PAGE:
As educators, we are all continuously looking for interdisciplinary learning opportunities that will provide students with the most authentic learning experiences possible. With students’ hyper-exposure to the growing applications for technology, STEAM programs are one area in which real-world applications are readily apparent to students.

Here in Salamanca, New York, as we seek to ensure our students have the necessary marketable skills for the modern economy, we’ve chosen to incorporate a drone curriculum into our STEAM programs. With the core drone skills, our students open themselves to employment opportunities in diverse sectors such as cinematography, industrial inspections, public safety, agriculture, construction, specialized sciences, and much more.

Drone education starts early on

To deliver on this goal for our students, we have developed a comprehensive drone curriculum that will introduce students to drones as early as kindergarten and allow them to become more hands-on throughout their academic career. For juniors and seniors, that experience culminates with an immersive curriculum through which they become FAA-certified drone pilots, while also imparting the core skills in data collection analysis necessary to pursue careers in this rapidly evolving workforce.

Like many districts, most of our best ideas start with our teachers. Three years ago, it became clear to a group of our forward-thinking educators that the proliferation of drones offered a path not only to the workforce but for our students to contribute to their community. As a rural, small city school district nestled by the Allegany State Park, we saw opportunities for our students to work alongside law enforcement in search-and-rescue operations or assist local university researchers in land-surveying operations.

With little initial guidance on how to most effectively develop a drone-focused curriculum, we learned a few important lessons that other districts can apply should they choose to adopt drone training into their STEAM programs.

4 keys to developing a drone curriculum

1. Know your strengths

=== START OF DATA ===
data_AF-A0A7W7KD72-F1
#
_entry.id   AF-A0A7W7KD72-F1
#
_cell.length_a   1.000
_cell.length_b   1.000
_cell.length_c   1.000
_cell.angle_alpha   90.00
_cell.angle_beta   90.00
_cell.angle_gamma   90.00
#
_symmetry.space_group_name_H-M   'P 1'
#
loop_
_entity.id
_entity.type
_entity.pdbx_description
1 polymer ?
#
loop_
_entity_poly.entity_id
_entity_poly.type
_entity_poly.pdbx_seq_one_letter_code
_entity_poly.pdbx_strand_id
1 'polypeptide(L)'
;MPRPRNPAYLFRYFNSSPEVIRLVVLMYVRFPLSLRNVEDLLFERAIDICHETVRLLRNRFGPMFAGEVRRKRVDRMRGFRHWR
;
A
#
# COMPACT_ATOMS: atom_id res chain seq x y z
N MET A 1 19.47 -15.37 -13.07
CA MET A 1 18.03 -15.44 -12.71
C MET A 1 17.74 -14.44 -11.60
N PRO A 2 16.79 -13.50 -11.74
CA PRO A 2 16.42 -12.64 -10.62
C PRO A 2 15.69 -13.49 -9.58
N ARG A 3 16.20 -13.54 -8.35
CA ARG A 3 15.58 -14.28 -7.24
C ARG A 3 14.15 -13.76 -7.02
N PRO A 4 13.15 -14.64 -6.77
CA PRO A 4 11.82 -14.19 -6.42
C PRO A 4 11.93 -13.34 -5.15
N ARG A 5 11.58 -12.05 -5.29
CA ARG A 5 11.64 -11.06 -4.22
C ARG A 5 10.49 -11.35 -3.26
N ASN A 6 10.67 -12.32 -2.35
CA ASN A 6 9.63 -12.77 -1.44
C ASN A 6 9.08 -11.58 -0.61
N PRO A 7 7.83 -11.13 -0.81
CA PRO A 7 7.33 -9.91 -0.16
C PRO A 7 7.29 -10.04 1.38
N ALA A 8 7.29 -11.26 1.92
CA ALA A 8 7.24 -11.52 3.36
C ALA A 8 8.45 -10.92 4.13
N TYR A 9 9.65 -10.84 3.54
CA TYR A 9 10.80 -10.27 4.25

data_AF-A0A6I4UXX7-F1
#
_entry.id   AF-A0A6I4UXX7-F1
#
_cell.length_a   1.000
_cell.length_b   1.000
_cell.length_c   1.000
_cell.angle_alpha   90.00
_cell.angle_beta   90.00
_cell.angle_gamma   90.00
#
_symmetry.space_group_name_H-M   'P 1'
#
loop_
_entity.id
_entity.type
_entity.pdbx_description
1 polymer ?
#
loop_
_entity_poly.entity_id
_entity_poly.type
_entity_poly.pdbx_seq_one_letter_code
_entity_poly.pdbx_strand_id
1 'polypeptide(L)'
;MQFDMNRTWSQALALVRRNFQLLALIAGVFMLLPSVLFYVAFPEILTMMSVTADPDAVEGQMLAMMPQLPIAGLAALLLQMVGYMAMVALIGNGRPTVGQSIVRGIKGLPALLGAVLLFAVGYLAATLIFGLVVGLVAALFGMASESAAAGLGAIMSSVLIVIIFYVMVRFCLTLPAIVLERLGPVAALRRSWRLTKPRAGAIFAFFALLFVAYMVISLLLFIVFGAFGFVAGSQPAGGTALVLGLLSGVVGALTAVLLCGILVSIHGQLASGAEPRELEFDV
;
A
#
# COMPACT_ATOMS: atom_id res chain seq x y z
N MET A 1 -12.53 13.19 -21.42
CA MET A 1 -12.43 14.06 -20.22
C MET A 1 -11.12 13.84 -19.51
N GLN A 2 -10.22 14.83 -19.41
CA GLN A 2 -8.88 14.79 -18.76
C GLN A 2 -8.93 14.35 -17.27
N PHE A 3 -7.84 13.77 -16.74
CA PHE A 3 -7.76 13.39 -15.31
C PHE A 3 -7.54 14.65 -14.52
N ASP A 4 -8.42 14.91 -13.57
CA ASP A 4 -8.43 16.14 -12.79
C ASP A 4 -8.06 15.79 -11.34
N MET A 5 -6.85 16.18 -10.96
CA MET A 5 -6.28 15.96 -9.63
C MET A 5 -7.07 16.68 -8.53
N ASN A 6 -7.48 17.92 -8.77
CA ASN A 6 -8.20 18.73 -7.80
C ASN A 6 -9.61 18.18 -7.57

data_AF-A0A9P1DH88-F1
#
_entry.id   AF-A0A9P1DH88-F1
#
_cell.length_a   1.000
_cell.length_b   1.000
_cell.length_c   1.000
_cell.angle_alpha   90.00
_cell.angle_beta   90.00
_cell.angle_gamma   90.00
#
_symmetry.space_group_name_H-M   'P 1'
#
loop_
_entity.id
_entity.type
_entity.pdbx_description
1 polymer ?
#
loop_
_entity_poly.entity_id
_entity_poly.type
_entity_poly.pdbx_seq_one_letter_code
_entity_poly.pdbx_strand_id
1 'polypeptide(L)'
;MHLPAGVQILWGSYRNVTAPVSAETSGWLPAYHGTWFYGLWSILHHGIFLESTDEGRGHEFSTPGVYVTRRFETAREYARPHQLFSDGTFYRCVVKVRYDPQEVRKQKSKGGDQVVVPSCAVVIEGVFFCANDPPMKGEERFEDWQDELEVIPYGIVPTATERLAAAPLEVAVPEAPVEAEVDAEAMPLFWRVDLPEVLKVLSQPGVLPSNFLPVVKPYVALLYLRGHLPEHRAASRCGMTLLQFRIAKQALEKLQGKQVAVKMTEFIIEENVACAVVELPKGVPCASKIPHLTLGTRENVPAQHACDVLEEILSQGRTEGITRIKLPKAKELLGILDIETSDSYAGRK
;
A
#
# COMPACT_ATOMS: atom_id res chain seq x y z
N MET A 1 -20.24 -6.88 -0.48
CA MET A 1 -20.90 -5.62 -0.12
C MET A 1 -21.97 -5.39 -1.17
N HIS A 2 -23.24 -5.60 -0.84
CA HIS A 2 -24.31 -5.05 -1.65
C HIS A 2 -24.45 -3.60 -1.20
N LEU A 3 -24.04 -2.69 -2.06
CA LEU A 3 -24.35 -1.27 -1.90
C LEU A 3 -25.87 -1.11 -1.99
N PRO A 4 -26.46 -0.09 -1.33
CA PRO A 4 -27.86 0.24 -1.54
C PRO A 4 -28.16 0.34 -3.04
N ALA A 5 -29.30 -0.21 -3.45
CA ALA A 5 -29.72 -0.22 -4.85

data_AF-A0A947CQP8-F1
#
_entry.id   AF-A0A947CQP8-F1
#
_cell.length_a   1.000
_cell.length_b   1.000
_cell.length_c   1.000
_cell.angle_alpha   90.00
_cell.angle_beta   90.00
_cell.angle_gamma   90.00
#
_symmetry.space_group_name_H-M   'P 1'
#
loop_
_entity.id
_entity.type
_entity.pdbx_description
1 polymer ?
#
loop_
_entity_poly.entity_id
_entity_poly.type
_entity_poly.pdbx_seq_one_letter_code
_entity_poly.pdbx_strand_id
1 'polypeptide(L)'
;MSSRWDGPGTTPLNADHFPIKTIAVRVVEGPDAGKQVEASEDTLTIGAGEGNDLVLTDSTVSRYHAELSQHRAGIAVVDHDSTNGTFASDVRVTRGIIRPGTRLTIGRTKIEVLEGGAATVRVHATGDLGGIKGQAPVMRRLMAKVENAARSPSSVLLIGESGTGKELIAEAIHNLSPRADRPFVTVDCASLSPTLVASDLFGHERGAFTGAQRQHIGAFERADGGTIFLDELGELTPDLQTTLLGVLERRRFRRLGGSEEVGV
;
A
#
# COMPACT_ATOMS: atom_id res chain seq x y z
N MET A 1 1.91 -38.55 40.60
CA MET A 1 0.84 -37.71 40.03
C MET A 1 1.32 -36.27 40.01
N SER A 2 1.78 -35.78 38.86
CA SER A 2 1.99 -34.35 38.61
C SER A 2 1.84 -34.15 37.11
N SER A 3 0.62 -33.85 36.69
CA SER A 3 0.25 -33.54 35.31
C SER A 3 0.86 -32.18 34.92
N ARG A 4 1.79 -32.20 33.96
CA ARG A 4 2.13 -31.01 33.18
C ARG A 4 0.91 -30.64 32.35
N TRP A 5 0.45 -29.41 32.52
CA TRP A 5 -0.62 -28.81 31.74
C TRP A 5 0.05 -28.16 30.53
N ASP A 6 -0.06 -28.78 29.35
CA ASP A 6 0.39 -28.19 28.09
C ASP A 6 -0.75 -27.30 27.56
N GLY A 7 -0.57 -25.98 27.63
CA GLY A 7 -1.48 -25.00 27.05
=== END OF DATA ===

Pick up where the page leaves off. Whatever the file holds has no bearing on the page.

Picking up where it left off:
Initially, we brought in drone trainers to teach our teachers how to fly drones, enabling them to secure the necessary FAA Part 107 license. We quickly realized there was a lot more to the comprehensive curriculum we envisioned than simply having teachers that could pilot drones. While purchasing curricula is not always the ideal solution, we recognized that this was a case where the added expertise was necessary to develop a truly rich curriculum.

How we created a comprehensive drone curriculum #STEM

A serendipitous conversation with a colleague led us to SkyOp LLC, which has been training commercial drone instructors for years and had recently started to work with a local community college to incorporate drone training into its curriculum. Ultimately, the SkyOp Drone Training Curriculum gave us the tools we needed to provide the authentic learning experiences we and our students demanded.

While preparing students for the FAA Part 107 pilot exam is an initial objective of the curriculum, the customizable curriculum also incorporates hands-on flying time as well as work with the key data collection and analysis tools students will need in the drone industry. The industry’s rapid advancement meant the teaching resources also had to evolve to match, so SkyOp incorporated a learning management system that is updated in real time to ensure instructors are teaching from the most up-to-date course materials, drone regulations, etc.

Ultimately, we developed a semester-long elective course for juniors and seniors that combines daily 40-minute in-class lessons with dedicated flight time after school, and access to a drone so students can practice around their busy schedules.

About the Author:

Dr. Mark Beehler has served as the assistant superintendent for academic services in the Salamanca City Central School District since 2015. A former science teacher, he also served as director of instructional technology, director of science and health, and then chief information officer in a large suburban school district in Western New York. Dr. Beehler has focused on the implementation of STEAM not as a standalone curriculum or “one more thing to do,” but rather as an instructional approach to leverage the natural characteristics of Gen Z students to collaborate on interdisciplinary project-based learning experiences.